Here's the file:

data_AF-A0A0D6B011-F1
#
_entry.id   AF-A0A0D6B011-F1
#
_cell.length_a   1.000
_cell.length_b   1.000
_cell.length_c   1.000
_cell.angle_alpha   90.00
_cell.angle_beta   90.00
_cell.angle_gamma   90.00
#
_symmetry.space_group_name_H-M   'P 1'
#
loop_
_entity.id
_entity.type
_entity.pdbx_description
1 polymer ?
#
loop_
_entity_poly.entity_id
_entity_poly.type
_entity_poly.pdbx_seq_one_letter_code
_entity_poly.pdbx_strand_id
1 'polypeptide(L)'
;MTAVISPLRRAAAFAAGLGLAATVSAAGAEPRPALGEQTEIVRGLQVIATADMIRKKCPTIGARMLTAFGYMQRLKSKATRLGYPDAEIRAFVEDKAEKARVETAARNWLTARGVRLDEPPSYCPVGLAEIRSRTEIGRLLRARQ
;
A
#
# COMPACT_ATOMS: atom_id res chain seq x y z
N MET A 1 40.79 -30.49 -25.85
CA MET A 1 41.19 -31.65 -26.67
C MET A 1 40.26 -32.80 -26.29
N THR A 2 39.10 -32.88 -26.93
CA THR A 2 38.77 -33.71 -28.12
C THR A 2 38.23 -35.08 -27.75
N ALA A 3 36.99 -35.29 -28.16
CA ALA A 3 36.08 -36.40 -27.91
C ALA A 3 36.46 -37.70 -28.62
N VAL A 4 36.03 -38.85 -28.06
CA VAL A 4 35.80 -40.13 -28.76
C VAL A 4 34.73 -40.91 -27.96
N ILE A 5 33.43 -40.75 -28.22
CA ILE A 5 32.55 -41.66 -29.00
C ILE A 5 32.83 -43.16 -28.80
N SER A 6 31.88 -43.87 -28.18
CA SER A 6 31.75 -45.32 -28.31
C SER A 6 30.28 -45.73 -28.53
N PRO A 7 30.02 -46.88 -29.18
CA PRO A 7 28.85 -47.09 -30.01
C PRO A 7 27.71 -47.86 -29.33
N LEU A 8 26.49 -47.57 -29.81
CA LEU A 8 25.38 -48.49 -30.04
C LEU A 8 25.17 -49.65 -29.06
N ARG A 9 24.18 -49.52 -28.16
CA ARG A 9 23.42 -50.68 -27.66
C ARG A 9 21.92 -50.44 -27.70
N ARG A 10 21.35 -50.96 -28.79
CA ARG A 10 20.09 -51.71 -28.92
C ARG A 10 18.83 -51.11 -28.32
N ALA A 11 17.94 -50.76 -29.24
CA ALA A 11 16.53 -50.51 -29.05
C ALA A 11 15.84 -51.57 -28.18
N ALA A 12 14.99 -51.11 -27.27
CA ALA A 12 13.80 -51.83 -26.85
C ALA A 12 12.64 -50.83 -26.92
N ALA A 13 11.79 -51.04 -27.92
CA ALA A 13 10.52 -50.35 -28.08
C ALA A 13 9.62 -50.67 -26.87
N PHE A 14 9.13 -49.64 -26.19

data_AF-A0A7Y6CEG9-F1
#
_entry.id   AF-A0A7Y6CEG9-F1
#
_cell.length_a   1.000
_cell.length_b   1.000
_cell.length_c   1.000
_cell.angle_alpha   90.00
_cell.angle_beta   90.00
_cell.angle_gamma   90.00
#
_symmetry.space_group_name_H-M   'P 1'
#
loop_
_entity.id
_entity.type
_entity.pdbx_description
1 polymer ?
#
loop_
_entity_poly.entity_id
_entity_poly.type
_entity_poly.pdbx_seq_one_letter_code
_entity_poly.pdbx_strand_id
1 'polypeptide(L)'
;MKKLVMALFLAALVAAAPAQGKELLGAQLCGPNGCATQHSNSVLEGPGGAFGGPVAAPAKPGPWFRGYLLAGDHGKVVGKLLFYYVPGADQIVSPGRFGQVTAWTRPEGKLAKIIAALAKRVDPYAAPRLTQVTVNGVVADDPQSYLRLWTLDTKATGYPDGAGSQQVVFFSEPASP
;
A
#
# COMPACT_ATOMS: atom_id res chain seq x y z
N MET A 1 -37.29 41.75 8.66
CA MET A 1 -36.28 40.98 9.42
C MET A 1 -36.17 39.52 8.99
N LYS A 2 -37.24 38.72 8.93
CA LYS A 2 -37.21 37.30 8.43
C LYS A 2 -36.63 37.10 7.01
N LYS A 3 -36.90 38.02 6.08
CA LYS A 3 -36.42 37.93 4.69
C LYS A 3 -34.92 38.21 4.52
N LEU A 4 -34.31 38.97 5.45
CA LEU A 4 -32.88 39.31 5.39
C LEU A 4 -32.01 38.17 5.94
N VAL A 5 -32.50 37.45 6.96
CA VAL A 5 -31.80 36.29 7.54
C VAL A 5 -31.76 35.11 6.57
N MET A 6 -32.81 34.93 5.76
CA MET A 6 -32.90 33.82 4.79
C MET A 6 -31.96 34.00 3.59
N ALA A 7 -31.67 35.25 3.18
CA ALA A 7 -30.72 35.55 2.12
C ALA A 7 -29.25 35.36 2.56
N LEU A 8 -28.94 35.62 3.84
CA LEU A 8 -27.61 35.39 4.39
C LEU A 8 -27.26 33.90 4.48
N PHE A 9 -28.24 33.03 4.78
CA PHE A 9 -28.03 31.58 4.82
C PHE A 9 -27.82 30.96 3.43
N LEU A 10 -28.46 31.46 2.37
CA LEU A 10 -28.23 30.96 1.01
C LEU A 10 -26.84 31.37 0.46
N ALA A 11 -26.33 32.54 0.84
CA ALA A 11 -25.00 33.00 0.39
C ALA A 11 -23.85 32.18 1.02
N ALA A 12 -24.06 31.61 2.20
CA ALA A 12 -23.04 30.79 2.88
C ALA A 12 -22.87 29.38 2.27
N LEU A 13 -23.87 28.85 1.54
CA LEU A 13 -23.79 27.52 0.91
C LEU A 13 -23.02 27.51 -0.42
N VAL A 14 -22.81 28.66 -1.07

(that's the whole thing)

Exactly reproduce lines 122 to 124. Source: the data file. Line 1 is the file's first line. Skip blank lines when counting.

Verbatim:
N LEU A 8 -28.94 35.62 3.84
CA LEU A 8 -27.61 35.39 4.39
C LEU A 8 -27.26 33.90 4.48